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The Washington chapter of Moms Demand Action and Students Demand Action, both part of Everytown for Gun Safety’s grassroots network, applauded the Seattle City Council after it voted to override a mayoral veto on the 2020 rebalanced budget, which includes a significant increase in funding for local violence intervention programs.
“Simply put, our city’s local violence intervention programs prevent violence and save lives,” said Lynne Meddaugh, a volunteer leader with the Washington chapter of Moms Demand Action. “Historically underserved communities in Washington are disproportionately affected by gun violence and deserve adequate funding to fight this crisis. We are grateful to the council members for including this critical funding in the budget.”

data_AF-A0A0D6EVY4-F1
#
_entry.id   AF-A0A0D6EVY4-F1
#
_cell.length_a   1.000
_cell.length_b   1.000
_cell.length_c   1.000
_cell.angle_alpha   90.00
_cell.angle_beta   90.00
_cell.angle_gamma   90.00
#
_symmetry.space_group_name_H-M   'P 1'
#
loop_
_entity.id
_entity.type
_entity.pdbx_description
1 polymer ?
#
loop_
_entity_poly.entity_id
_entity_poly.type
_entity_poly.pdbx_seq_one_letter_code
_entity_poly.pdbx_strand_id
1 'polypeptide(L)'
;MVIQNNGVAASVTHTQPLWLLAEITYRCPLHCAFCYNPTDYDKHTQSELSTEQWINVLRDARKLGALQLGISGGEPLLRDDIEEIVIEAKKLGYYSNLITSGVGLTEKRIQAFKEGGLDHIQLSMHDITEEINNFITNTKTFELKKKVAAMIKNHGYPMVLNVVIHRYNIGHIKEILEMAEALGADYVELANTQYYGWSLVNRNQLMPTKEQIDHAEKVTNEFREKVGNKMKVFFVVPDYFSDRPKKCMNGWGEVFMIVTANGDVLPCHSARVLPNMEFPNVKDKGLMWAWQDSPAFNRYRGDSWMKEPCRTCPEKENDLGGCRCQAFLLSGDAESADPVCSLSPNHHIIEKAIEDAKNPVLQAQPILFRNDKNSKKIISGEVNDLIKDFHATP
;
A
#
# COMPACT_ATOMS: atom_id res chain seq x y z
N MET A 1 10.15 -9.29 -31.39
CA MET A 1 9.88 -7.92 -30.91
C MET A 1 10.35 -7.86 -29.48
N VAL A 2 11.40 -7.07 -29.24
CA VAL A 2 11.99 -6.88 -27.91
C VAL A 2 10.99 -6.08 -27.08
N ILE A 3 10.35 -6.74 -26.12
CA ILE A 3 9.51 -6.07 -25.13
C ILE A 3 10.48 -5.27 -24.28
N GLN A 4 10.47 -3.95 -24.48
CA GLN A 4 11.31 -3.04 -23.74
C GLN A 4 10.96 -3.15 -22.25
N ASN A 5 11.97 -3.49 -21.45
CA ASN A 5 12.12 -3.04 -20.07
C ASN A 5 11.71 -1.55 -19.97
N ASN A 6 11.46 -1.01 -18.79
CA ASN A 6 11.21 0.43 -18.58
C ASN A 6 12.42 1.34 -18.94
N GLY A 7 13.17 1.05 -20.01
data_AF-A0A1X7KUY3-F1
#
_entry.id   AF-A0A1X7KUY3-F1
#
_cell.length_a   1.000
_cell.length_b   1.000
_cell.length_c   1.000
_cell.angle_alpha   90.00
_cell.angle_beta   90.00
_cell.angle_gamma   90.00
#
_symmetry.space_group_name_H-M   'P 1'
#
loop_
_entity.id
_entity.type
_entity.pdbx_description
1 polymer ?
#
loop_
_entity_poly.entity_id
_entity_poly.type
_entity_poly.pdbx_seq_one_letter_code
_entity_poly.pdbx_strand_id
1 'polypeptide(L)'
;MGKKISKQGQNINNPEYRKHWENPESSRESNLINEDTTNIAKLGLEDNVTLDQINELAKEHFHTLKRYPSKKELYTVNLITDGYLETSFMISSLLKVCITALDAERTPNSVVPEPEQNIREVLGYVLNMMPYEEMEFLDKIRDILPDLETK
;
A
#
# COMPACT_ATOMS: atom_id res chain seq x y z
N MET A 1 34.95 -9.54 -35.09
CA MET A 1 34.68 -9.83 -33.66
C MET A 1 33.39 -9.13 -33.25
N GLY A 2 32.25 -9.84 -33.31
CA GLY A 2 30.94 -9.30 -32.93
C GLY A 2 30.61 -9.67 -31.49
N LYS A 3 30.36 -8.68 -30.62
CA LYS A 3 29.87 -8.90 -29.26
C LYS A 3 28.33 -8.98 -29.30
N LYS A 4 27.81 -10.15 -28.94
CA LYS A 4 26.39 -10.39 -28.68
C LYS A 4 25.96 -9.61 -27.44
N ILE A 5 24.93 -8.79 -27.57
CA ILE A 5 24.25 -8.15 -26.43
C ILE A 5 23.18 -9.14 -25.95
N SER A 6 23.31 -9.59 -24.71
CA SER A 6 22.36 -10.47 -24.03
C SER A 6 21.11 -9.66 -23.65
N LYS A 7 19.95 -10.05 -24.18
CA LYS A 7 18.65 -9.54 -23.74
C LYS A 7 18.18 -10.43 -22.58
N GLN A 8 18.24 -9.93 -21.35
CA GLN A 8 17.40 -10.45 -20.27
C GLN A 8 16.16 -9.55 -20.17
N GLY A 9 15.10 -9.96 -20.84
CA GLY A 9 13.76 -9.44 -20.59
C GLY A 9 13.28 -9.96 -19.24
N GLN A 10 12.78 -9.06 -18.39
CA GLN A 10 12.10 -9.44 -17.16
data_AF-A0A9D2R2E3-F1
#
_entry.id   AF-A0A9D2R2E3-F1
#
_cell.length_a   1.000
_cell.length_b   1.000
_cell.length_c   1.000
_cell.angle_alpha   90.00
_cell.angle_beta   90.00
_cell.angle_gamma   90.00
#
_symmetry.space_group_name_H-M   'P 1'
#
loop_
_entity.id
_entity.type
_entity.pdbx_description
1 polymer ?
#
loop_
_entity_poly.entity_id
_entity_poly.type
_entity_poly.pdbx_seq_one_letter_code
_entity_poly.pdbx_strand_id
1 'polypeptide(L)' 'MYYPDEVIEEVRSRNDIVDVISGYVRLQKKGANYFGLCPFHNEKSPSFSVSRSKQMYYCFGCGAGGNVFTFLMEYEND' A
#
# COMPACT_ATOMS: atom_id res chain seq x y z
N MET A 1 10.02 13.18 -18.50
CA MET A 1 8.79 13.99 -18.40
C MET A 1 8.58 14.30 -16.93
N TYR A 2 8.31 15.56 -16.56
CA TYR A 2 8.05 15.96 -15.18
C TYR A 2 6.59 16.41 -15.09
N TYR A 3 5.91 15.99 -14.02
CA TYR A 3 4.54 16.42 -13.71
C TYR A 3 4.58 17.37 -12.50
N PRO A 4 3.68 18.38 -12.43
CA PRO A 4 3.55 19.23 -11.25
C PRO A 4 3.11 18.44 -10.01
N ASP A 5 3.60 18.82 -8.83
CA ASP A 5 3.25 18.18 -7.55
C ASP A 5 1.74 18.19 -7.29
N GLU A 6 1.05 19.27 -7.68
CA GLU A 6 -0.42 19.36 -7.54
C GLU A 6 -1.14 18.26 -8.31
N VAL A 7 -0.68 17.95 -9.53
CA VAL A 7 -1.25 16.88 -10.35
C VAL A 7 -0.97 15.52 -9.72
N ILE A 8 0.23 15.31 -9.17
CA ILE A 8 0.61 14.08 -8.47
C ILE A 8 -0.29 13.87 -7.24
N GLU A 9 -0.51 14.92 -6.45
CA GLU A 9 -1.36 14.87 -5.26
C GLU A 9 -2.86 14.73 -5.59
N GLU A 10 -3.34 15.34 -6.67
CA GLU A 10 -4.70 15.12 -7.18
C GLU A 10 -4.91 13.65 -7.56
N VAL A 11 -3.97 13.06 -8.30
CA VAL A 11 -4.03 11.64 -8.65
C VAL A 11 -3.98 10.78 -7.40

Gun violence takes a disproportionate toll on Black and Latino communities in the United States, due to systemic inequities and deliberate policy decisions that create segregated neighborhoods and drive income inequality in marginalized communities. And gun violence in Washington, particularly Seattle, has shown no sign of slowing during the COVID-19 pandemic.
Community-based violence intervention and prevention programs apply localized approaches that are well-suited to address gun violence in the hardest-hit neighborhoods. These programs, such as Community Passageways, identify individuals who are at the highest risk of being exposed to gun violence and work to reduce that violence through targeted interventions that include de-escalating potentially violent conflicts, providing case management support services, and transforming community norms around violence.
On average, more than 750 Washingtonians die by guns each year, including 175 people who are killed in gun homicides. Between 2014 and 2018, King County, where Seattle is located, had more than 820 gun deaths. In Washington, Black Americans are six times more likely to be the victims of gun homicides than their white peers, compared to 10 times nationwide.
More information on gun violence in Washington is available here, and information on how Washington’s gun laws compare to other states’ overall is available here.